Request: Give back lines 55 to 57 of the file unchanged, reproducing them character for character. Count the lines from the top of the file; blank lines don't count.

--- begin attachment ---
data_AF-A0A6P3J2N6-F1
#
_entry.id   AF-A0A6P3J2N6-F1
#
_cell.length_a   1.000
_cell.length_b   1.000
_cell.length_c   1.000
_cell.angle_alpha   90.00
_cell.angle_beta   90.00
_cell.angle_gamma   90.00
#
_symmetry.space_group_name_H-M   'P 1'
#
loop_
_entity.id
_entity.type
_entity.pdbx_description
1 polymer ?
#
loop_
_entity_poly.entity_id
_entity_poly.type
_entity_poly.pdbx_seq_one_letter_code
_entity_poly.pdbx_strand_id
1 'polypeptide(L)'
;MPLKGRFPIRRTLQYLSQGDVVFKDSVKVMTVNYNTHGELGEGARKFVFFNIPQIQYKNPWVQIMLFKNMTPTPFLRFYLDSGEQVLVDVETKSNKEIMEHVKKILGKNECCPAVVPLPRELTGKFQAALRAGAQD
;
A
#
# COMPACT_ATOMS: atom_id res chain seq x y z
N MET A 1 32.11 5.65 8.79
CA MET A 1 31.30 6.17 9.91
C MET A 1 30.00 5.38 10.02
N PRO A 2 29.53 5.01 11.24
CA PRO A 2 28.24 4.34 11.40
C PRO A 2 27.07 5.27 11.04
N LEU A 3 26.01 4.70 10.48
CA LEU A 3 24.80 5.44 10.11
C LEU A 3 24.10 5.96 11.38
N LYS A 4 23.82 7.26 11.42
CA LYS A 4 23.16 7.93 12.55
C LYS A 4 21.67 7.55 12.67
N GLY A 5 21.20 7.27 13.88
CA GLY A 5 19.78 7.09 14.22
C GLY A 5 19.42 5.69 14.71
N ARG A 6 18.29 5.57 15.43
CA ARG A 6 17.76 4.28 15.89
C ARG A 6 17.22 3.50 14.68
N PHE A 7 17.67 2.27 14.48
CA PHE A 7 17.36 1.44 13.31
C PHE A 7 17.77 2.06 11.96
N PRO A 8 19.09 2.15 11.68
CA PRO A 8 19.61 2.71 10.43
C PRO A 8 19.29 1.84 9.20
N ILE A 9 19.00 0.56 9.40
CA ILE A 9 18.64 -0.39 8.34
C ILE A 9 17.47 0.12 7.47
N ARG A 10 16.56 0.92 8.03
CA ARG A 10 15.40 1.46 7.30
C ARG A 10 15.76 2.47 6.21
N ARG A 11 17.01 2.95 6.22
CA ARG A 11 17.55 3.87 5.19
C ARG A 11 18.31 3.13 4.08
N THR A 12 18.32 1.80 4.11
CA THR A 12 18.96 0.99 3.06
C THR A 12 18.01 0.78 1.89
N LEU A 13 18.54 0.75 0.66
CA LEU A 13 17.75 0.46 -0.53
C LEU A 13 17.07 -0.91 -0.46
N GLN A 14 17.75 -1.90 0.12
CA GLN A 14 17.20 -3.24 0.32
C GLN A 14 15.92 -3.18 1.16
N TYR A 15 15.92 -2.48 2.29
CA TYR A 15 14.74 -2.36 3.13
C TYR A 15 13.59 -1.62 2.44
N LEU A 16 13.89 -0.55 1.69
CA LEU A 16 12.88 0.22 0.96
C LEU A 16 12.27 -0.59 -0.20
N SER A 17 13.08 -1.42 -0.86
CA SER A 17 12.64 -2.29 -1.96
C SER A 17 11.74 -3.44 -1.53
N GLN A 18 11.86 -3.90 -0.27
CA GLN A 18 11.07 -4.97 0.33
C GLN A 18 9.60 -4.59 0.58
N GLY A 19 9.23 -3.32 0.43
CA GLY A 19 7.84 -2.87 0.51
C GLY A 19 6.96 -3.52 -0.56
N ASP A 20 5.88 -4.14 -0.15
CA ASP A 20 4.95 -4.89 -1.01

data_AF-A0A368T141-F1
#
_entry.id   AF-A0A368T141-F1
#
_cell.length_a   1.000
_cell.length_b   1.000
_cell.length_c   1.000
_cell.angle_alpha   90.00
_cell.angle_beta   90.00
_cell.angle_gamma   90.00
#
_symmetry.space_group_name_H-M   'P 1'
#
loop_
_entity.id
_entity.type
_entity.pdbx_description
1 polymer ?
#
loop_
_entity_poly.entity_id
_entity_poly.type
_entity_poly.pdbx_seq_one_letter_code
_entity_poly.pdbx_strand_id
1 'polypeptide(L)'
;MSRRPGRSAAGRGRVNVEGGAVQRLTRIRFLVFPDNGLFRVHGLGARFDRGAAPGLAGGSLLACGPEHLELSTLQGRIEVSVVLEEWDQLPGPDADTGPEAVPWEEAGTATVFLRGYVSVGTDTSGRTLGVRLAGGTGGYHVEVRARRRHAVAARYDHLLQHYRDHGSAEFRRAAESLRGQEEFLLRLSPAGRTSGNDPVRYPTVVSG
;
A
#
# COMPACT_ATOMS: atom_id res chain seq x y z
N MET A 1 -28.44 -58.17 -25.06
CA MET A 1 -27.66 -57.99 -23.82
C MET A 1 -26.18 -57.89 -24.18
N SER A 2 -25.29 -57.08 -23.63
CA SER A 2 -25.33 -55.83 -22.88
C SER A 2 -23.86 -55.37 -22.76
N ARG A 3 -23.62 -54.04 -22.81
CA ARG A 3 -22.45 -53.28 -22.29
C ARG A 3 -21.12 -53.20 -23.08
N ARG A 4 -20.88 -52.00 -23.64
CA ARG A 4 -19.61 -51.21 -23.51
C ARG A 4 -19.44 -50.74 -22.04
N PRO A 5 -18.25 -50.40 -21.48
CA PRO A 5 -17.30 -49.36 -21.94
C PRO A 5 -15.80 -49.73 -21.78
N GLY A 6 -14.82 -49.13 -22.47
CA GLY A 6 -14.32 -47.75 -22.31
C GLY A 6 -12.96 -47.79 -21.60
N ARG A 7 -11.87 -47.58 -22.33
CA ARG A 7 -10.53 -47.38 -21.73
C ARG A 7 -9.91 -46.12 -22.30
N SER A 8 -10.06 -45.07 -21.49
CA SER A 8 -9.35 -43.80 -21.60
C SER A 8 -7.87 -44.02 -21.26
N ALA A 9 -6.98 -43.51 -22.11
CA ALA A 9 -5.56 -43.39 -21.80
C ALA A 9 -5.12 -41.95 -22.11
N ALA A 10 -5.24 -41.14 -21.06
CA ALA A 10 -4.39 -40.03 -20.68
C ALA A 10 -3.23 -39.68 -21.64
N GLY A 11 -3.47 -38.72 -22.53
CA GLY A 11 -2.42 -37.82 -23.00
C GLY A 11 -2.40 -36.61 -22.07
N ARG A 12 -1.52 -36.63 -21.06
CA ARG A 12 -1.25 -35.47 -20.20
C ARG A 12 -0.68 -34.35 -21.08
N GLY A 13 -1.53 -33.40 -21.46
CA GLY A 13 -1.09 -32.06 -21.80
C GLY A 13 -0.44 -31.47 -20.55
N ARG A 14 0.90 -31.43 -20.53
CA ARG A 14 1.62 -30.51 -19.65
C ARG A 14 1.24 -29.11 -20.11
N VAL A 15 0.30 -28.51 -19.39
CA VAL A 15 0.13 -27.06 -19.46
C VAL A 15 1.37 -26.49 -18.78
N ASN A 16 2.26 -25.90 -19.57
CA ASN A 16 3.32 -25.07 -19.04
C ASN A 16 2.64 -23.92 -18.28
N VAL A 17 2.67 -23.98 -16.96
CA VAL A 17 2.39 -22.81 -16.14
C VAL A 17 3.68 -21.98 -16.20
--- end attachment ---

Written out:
N ILE A 9 19.00 0.56 9.40
CA ILE A 9 18.64 -0.39 8.34
C ILE A 9 17.47 0.12 7.47